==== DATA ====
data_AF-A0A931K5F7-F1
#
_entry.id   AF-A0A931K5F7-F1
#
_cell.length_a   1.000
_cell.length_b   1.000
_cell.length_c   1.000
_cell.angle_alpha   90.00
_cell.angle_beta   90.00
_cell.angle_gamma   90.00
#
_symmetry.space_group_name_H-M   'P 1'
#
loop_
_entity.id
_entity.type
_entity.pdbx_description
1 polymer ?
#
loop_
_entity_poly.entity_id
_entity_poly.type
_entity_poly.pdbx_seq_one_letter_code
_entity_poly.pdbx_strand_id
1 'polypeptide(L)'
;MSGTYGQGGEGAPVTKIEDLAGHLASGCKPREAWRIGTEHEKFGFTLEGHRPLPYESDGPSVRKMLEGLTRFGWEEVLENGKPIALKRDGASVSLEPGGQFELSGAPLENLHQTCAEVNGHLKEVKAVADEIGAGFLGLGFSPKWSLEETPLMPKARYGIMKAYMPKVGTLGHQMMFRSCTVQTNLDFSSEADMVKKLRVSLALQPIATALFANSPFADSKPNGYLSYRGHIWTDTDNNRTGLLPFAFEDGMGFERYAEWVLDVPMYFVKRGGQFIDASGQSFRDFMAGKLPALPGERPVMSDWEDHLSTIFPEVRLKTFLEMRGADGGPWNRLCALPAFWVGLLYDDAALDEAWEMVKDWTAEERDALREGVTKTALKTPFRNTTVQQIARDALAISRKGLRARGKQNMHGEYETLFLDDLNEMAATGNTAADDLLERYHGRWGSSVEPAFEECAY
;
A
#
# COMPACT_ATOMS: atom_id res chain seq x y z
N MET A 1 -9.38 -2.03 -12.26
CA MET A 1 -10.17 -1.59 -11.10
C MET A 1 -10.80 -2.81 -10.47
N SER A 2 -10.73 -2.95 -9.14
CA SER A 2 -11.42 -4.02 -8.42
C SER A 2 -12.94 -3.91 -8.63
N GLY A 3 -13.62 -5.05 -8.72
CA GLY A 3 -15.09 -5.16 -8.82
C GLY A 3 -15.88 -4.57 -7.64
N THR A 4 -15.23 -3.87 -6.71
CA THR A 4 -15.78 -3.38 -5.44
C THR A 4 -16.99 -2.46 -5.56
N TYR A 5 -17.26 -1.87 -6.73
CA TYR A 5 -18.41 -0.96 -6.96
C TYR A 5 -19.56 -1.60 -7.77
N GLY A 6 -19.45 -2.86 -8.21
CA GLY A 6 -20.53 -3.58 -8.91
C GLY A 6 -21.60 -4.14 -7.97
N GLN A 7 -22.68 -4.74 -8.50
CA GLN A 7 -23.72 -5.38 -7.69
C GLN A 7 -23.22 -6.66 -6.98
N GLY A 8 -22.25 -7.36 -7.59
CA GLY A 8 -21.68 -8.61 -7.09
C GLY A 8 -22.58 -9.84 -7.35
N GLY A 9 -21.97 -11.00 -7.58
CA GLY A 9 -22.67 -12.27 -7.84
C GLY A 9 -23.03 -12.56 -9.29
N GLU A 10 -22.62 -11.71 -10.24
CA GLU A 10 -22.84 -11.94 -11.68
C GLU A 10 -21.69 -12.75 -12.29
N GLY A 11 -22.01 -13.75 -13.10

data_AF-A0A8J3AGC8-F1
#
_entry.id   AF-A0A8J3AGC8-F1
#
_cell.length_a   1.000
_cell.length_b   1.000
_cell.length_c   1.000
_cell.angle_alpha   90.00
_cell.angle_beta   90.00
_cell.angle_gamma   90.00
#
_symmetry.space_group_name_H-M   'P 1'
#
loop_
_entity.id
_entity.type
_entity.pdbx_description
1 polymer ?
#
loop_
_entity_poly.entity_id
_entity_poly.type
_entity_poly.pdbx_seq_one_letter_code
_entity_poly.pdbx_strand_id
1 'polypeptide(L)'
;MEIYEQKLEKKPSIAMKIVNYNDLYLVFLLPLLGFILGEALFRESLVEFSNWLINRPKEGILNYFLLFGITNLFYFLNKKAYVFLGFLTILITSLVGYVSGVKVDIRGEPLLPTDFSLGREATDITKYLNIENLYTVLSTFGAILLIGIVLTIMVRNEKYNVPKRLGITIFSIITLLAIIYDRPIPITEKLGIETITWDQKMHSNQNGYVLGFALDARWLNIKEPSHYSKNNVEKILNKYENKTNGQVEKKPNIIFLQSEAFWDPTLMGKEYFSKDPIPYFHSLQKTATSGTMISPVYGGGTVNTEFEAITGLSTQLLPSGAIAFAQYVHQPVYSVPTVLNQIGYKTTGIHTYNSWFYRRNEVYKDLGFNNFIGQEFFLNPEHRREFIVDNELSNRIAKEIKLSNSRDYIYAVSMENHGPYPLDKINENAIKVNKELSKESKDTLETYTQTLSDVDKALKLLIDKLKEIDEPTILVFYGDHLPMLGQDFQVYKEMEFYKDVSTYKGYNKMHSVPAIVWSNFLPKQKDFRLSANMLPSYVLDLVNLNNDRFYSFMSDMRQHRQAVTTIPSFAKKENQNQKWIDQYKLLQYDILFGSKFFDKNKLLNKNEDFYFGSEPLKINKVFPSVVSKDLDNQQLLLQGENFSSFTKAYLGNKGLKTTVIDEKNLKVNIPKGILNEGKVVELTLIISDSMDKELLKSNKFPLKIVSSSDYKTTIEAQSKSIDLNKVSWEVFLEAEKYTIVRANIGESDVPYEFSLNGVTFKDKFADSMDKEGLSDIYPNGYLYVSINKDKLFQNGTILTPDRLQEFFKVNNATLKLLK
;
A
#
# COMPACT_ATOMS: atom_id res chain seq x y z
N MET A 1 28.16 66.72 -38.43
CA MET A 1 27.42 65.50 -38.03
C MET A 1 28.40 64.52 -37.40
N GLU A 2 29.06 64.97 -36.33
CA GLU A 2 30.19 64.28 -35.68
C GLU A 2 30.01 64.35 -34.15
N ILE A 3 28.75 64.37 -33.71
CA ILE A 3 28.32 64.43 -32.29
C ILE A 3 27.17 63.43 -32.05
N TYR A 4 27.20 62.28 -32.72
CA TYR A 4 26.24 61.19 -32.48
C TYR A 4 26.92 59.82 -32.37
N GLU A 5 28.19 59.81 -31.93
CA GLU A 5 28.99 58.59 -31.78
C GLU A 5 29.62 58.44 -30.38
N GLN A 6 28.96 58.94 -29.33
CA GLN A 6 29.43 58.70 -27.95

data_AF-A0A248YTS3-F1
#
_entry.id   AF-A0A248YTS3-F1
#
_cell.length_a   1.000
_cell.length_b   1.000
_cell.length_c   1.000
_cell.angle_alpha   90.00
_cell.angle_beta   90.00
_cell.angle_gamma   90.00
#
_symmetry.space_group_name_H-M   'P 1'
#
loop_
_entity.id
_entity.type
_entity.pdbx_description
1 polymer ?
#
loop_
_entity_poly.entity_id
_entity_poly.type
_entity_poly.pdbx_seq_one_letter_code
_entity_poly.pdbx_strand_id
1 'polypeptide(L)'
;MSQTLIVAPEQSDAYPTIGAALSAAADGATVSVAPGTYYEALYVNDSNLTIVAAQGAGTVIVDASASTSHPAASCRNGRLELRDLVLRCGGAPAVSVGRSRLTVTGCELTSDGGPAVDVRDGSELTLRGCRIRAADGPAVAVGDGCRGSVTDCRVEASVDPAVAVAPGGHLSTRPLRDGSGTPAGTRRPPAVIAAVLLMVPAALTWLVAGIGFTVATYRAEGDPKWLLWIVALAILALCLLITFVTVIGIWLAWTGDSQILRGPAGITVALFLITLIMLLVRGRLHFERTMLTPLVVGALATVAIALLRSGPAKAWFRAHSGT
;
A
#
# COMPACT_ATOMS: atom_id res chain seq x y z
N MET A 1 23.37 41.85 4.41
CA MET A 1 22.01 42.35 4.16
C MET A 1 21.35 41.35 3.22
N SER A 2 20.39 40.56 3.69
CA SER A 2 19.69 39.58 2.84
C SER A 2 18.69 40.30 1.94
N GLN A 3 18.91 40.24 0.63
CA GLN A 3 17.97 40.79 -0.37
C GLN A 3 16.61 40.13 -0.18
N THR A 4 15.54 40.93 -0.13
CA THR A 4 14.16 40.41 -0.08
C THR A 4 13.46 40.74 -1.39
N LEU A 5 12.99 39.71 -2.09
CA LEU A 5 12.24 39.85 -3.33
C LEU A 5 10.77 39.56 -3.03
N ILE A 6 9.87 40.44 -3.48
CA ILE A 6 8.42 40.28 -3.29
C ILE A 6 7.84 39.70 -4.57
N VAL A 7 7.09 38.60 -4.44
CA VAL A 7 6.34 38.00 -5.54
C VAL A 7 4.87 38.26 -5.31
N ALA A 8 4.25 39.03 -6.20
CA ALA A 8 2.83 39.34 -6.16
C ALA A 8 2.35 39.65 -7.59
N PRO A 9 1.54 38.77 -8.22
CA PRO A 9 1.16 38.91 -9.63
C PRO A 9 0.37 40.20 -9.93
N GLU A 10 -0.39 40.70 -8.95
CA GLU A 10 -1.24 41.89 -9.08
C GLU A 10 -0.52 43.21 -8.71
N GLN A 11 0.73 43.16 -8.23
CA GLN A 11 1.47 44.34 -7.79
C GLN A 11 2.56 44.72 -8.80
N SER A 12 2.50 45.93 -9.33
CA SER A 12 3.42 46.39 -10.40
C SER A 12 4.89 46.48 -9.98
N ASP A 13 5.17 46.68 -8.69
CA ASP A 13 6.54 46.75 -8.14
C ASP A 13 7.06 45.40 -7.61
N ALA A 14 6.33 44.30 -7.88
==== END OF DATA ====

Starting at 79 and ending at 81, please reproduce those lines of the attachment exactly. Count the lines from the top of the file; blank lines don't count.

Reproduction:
1 polymer ?
#
loop_